The Office of Inspector General found the Small Business Administration (SBA) provided $4.5 billion more in Emergency EIDL grants to sole proprietors and independent contractors. This was much more than these individuals were entitled to.
$4.5 Billion in Needless EIDL Loans Given to Businesses During Pandemic
The inspection report by the Office of Inspector General looked at Emergency EIDL grants to sole proprietors and contractors. And it determined 542,897 sole proprietors claimed more than one employee on their applications. They also received a grant of more than $1,000 while applying for the Emergency EIDL grants without an Employer Identification Numbers (EIN).
The Inspector General goes on to say the absence of an EIN should have alerted the SBA because they should not have claimed any employees. If that was the case, the total for the 543,000 applicants should have been $543 million, which comes out to $1,000 per applicant. However, the SBA approved a total of $4 billion in Emergency EIDL grants. This comes out an over disbursement of $3.5 billion to these sole proprietors.
As for the independent contractors, the Inspector General found 161,197 received a grant of more than $1,000. They also applied without providing an EIN number while claiming more than 1 employee on their COVID-19 EIDL application.
The total for the independent contractors was supposed to be a maximum of $161 million ($1,000 per applicant). However, the SBA over disbursed independent contractors $1.1 billion dollars, which is over by $1 billion.
Absurd Claims by Sole Proprietors and Independent Contractors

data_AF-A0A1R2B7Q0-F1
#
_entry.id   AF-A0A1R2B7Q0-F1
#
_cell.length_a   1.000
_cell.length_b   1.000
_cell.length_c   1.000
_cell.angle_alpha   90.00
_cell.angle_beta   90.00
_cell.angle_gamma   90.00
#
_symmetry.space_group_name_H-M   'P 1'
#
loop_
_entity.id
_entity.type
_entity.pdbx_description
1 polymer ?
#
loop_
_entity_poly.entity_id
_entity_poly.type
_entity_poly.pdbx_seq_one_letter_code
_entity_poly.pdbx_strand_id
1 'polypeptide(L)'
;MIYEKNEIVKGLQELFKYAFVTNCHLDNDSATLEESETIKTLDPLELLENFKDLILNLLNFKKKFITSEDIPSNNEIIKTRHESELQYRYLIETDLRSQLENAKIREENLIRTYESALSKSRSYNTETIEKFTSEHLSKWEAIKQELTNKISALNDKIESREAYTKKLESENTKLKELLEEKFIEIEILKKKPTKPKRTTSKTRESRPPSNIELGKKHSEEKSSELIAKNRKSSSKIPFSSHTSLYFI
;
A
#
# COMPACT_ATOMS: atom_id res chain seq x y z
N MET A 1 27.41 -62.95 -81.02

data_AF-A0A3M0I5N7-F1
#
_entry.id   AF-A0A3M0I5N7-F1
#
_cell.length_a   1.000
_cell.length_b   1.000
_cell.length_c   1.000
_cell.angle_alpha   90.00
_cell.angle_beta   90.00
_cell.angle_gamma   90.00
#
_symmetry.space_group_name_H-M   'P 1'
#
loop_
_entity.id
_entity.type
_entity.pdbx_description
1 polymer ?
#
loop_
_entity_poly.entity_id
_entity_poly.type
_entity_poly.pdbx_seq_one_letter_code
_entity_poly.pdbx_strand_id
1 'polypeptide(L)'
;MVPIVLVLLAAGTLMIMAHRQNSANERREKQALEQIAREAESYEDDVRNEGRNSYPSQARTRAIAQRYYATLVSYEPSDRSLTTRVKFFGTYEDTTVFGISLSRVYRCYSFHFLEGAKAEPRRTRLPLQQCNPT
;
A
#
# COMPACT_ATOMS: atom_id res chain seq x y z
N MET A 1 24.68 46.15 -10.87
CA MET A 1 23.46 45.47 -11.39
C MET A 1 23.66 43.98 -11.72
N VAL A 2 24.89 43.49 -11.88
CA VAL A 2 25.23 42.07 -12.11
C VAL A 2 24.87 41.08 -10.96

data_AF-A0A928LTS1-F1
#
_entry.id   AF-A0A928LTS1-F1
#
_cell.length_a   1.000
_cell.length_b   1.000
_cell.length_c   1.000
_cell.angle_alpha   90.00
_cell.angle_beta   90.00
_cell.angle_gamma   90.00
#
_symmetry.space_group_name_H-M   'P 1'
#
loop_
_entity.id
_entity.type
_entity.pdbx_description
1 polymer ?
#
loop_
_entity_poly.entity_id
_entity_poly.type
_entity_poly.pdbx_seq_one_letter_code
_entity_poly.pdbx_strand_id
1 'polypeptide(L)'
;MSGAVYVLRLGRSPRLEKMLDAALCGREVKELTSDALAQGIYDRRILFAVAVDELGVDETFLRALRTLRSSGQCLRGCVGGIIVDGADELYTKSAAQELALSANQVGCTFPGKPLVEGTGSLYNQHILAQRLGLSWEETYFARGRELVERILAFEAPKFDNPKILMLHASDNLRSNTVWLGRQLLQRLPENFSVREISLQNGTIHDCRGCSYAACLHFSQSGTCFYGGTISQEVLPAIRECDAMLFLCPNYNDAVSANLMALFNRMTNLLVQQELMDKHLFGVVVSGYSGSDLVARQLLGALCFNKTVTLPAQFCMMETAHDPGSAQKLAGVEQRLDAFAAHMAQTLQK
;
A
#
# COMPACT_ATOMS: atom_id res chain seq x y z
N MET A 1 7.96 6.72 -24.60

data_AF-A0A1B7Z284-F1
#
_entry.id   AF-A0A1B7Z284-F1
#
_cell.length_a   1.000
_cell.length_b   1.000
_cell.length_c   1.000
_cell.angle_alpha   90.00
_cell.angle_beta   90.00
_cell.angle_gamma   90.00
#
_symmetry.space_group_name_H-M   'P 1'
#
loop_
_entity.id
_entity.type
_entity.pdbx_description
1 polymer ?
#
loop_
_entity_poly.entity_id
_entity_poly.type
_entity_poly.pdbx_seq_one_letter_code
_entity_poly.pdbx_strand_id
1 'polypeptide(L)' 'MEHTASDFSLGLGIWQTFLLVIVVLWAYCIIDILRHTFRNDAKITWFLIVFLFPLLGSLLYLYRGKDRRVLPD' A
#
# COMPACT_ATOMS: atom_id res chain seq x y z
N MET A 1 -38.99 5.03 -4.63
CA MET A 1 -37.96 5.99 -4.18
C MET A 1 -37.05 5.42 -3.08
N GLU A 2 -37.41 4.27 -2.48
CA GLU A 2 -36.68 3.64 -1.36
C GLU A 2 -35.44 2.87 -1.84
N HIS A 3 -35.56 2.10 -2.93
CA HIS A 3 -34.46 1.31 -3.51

In the Inspector General report, 15 sole proprietorships claimed to have a million employees. Not only that, but they didn’t provide an EIN on the application. Another 40 applicants claimed to have more than 100,000 employees and they also didn’t have EIN. And close to 350 claimed they had more than 500 employees also without EIN.
A point of comparison; Amazon employs 1.3 million people. When 15 sole proprietors claimed they had 1 million employees, flags should have been waving wildly. The report says even though this should have alerted the SBA, it did not have controls in place to flag these glaring discrepancies.
Read the SBA Inspector General Inspection Report.
The report concludes by saying the $4.5 billion overage in Emergency EIDL grants to sole proprietors and independent contractors could have been given to small businesses that truly deserved it. Thousands if not millions of eligible small businesses would have benefited from these funds.
Considering there were more than 6 million applicants in the process who were eligible for a grant but had not received one because the funds ran out in early July 2020, it is frustrating, to say the least. The report also says, more than 7.3 million applicants later applied for an EIDL loan. However, they could not request a grant because the funds were exhausted.